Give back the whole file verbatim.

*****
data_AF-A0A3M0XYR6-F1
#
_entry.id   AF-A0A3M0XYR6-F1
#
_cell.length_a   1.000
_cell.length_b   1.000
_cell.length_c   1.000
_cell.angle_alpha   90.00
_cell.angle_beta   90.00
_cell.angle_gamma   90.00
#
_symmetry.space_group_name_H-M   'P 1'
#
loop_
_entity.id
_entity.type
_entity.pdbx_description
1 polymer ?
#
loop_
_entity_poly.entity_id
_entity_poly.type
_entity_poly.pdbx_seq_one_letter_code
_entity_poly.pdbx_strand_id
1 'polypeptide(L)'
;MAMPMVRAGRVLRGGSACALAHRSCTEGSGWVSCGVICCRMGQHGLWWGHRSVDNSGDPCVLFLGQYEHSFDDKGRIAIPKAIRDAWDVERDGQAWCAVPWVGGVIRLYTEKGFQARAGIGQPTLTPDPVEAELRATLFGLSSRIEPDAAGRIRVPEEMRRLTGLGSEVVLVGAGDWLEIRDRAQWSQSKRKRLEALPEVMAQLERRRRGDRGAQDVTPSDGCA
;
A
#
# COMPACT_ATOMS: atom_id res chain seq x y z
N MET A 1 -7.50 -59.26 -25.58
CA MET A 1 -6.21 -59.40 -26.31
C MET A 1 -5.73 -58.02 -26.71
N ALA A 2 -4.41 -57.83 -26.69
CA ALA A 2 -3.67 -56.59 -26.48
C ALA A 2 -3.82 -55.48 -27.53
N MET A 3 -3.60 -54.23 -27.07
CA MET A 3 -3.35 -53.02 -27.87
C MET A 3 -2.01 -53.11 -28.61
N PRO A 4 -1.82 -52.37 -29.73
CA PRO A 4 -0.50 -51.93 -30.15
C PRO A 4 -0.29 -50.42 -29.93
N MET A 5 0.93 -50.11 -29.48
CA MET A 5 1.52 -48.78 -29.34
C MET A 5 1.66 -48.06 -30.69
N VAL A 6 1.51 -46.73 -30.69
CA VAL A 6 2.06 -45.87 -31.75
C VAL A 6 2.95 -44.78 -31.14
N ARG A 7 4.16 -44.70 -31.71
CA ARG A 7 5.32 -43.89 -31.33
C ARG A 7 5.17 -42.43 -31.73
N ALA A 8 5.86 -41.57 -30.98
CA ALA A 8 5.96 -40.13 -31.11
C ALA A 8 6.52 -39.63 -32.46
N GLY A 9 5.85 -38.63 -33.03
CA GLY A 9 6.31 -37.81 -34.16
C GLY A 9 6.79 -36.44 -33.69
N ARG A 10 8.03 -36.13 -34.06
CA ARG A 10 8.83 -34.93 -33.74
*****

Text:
data_AF-A0A3M0XYR6-F1
#
_entry.id   AF-A0A3M0XYR6-F1
#
_cell.length_a   1.000
_cell.length_b   1.000
_cell.length_c   1.000
_cell.angle_alpha   90.00
_cell.angle_beta   90.00
_cell.angle_gamma   90.00
#
_symmetry.space_group_name_H-M   'P 1'
#
loop_
_entity.id
_entity.type
_entity.pdbx_description
1 polymer ?
#
loop_
_entity_poly.entity_id
_entity_poly.type
_entity_poly.pdbx_seq_one_letter_code
_entity_poly.pdbx_strand_id
1 'polypeptide(L)'
;MAMPMVRAGRVLRGGSACALAHRSCTEGSGWVSCGVICCRMGQHGLWWGHRSVDNSGDPCVLFLGQYEHSFDDKGRIAIPKAIRDAWDVERDGQAWCAVPWVGGVIRLYTEKGFQARAGIGQPTLTPDPVEAELRATLFGLSSRIEPDAAGRIRVPEEMRRLTGLGSEVVLVGAGDWLEIRDRAQWSQSKRKRLEALPEVMAQLERRRRGDRGAQDVTPSDGCA
;
A
#
# COMPACT_ATOMS: atom_id res chain seq x y z
N MET A 1 -7.50 -59.26 -25.58
CA MET A 1 -6.21 -59.40 -26.31
C MET A 1 -5.73 -58.02 -26.71
N ALA A 2 -4.41 -57.83 -26.69
CA ALA A 2 -3.67 -56.59 -26.48
C ALA A 2 -3.82 -55.48 -27.53
N MET A 3 -3.60 -54.23 -27.07
CA MET A 3 -3.35 -53.02 -27.87
C MET A 3 -2.01 -53.11 -28.61
N PRO A 4 -1.82 -52.37 -29.73
CA PRO A 4 -0.50 -51.93 -30.15
C PRO A 4 -0.29 -50.42 -29.93
N MET A 5 0.93 -50.11 -29.48
CA MET A 5 1.52 -48.78 -29.34
C MET A 5 1.66 -48.06 -30.69
N VAL A 6 1.51 -46.73 -30.69
CA VAL A 6 2.06 -45.87 -31.75
C VAL A 6 2.95 -44.78 -31.14
N ARG A 7 4.16 -44.70 -31.71
CA ARG A 7 5.32 -43.89 -31.33
C ARG A 7 5.17 -42.43 -31.73
N ALA A 8 5.86 -41.57 -30.98
CA ALA A 8 5.96 -40.13 -31.11
C ALA A 8 6.52 -39.63 -32.46
N GLY A 9 5.85 -38.63 -33.03
CA GLY A 9 6.31 -37.81 -34.16
C GLY A 9 6.79 -36.44 -33.69
N ARG A 10 8.03 -36.13 -34.06
CA ARG A 10 8.83 -34.93 -33.74